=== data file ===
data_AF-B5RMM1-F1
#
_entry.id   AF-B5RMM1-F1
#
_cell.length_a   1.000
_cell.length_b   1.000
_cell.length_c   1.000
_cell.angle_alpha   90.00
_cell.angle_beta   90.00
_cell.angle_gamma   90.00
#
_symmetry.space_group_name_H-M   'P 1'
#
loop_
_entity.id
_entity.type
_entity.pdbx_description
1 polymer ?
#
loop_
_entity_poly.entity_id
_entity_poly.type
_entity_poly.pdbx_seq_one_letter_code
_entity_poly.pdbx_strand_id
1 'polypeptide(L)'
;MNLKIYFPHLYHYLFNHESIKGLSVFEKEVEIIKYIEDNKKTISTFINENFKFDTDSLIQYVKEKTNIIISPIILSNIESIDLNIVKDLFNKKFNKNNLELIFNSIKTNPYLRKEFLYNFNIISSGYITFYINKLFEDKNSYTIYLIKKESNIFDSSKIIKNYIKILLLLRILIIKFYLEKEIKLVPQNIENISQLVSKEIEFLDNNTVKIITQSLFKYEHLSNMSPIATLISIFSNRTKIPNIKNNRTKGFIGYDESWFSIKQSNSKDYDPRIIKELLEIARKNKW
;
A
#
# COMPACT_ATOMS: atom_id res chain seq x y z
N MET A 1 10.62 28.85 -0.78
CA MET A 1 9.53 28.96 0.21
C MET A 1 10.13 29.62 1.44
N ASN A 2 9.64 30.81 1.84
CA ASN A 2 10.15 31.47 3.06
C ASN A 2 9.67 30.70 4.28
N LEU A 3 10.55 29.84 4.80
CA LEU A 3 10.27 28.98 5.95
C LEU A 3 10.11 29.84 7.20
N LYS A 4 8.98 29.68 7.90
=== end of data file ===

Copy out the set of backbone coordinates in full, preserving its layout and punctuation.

data_AF-B5RMM1-F1
#
_entry.id   AF-B5RMM1-F1
#
_cell.length_a   1.000
_cell.length_b   1.000
_cell.length_c   1.000
_cell.angle_alpha   90.00
_cell.angle_beta   90.00
_cell.angle_gamma   90.00
#
_symmetry.space_group_name_H-M   'P 1'
#
loop_
_entity.id
_entity.type
_entity.pdbx_description
1 polymer ?
#
loop_
_entity_poly.entity_id
_entity_poly.type
_entity_poly.pdbx_seq_one_letter_code
_entity_poly.pdbx_strand_id
1 'polypeptide(L)'
;MNLKIYFPHLYHYLFNHESIKGLSVFEKEVEIIKYIEDNKKTISTFINENFKFDTDSLIQYVKEKTNIIISPIILSNIESIDLNIVKDLFNKKFNKNNLELIFNSIKTNPYLRKEFLYNFNIISSGYITFYINKLFEDKNSYTIYLIKKESNIFDSSKIIKNYIKILLLLRILIIKFYLEKEIKLVPQNIENISQLVSKEIEFLDNNTVKIITQSLFKYEHLSNMSPIATLISIFSNRTKIPNIKNNRTKGFIGYDESWFSIKQSNSKDYDPRIIKELLEIARKNKW
;
A
#
# COMPACT_ATOMS: atom_id res chain seq x y z
N MET A 1 10.62 28.85 -0.78
CA MET A 1 9.53 28.96 0.21
C MET A 1 10.13 29.62 1.44
N ASN A 2 9.64 30.81 1.84
CA ASN A 2 10.15 31.47 3.06
C ASN A 2 9.67 30.70 4.28
N LEU A 3 10.55 29.84 4.80
CA LEU A 3 10.27 28.98 5.95
C LEU A 3 10.11 29.84 7.20
N LYS A 4 8.98 29.68 7.90